If your excess inventory is choking your cash flow, it’s time to look seriously at inventory management procedures and practices, such as purchasing barcoding equipment and taking your inventory live. It might seem like a big step, but it’s actually a series of small steps that will get you where you want to go.
Basic Inventory Management
The definition of inventory, according to Investopedia, are any goods that are considered to be the portion of a business’s assets that are ready to sell or used to make items for sale. Inventory is considered to be an asset to any business, which is why lenders will be able to write an inventory loan to help you out when cash flow is tight, but that is only a temporary solution.
Excess inventory represents money tied up and not doing anything, or inventory that has become zombie inventory. Zombie inventory is dead or obsolete inventory that requires storage, maintenance, counting, and other services. In servicing that inventory, you spend time and money that could be more productively spent elsewhere. Managing your inventory means managing your supply chain, whether it’s ordering from your vendors, stocking your shelves, or completing a sale. The goal of inventory management is to ensure a consistent flow of goods into your warehouse or business, while at the same time streamlining your ordering practices to minimize your cash layout.
Get Ready to Go Live
Making up your “to do” list will help to break down a seemingly huge task into a series of steps that can be followed very easily.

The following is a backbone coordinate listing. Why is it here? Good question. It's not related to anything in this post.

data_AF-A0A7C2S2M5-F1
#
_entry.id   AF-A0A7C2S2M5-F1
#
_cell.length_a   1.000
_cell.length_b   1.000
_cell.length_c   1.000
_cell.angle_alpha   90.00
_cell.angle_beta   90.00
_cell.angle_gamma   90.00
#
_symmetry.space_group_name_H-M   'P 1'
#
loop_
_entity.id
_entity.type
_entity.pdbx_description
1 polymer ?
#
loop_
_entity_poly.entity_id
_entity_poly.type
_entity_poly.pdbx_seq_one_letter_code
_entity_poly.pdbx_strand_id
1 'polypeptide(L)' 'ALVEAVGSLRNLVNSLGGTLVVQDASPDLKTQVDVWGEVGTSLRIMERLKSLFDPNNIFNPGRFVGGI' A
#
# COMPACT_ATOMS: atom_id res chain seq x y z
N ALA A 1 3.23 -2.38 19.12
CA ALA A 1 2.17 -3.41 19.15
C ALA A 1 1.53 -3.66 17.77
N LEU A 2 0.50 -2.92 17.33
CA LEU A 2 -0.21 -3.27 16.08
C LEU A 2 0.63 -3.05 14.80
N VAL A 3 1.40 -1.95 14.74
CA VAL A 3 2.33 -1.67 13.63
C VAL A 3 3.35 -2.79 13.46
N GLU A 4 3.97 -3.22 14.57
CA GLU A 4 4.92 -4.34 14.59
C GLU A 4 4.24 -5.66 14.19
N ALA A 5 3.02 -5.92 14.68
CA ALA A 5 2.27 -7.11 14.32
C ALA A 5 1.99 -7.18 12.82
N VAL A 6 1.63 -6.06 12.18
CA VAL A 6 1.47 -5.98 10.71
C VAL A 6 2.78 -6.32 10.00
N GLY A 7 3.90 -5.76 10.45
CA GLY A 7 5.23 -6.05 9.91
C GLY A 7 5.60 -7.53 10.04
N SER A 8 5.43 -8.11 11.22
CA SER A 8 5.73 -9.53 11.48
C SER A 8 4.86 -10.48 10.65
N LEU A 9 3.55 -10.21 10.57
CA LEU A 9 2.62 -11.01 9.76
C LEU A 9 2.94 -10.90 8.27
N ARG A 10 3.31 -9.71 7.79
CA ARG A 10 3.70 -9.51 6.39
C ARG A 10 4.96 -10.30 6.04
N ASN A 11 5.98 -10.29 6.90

You will need to make a master list of everything in stock right now. The master list needs to include certain information such as purchase cost, vendor, minimum inventory that you will need on hand, and other specialized information associated with the item such as expiration dates.
You will then have to put barcodes on all of those items. Most items come from the manufacturer with the manufacturer’s barcodes attached. If you are dealing mostly with handmade items or have items delivered without a barcode, you will have to generate those barcodes yourself.
Once all of your inventory is barcoded, you then need to scan all items in all locations for all the materials that you have in stock. You may want to close down completely in order to do this so as not to interrupt the process with sales or with receiving new product.
Do the inventory systematically. Assign one person to one section, and have them flag the location once they are finished with a colored sticky note or decal. This will prevent double-counting of the inventory.
Now comes the hard part. You need to reconcile that inventory against the accounting that you have previously done. Don’t be alarmed if the difference between the accounting inventory and the actual inventory is substantial. Instead, think of this as an opportunity to see where your shrinkage is occurring and to correct the problem.
It’s Going to Be All Right, Really
You know that inventory shrinkage can be a leak in your cash flow, but just like finding a leak in a rubber raft, you have to be able to find it and patch it before it sinks you. With a live inventory system, you will be able to tie sales to inventory counts, check actual inventory against vendor claims, and find out where the leaks in your cash flow really are. In addition, you’ll be able to generate profit margins and sales reports that will help you to more accurately price your goods for resale.
Time is money. When your staff is tied up with inefficient, unproductive procedures, that is time that they are not spending interacting with customers or creating a value rich experience that will promote return business. After all, you want to make it easy for them to give you their money, and more than that, you want them to do it again and again. When a customer has a pleasant experience in shopping or ordering with you, they will remember that experience, return, and also share their experience with other potential customers.